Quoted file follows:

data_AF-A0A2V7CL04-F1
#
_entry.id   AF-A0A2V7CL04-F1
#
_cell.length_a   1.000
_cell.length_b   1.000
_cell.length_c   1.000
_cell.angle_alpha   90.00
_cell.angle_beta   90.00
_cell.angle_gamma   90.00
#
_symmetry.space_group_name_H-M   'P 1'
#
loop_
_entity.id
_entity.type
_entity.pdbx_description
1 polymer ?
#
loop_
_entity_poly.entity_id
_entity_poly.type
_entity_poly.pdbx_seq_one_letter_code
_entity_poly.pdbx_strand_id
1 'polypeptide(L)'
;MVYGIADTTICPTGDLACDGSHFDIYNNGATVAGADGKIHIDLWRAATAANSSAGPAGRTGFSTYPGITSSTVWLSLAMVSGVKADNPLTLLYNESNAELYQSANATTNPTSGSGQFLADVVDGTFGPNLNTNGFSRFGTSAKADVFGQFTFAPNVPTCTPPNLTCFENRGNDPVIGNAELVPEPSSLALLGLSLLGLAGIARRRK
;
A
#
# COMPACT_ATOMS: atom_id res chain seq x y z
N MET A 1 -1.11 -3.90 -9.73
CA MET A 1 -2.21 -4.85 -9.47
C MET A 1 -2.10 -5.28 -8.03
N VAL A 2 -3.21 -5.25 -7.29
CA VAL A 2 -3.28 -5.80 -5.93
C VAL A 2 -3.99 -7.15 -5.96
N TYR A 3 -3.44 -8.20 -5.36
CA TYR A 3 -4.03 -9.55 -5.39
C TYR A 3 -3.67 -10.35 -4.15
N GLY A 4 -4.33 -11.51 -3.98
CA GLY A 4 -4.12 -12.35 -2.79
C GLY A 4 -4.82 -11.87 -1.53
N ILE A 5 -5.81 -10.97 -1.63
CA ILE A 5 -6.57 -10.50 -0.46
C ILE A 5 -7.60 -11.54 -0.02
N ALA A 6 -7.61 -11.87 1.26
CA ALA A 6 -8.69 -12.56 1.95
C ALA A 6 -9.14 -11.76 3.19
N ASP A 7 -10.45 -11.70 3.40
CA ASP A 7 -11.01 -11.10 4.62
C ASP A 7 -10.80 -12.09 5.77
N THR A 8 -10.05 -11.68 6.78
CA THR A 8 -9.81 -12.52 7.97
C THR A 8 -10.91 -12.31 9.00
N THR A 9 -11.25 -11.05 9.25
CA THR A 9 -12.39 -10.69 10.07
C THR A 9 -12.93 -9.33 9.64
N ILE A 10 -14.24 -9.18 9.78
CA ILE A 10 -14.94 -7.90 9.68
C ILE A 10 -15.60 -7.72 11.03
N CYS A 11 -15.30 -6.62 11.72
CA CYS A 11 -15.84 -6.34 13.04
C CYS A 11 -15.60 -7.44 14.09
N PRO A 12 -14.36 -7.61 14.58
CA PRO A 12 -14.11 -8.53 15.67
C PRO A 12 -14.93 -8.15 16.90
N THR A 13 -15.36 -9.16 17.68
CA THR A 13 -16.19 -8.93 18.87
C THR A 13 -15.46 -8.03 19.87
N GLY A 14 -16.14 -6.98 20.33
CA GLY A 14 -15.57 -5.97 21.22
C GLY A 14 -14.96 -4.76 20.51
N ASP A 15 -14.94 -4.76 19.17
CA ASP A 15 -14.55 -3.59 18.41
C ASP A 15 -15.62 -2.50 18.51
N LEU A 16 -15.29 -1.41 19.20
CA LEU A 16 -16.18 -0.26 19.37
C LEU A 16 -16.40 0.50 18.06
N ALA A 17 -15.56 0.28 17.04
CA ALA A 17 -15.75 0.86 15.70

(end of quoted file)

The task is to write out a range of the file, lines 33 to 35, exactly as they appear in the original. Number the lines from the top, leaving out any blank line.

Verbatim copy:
C MET A 1 -2.10 -5.28 -8.03
N VAL A 2 -3.21 -5.25 -7.29
CA VAL A 2 -3.28 -5.80 -5.93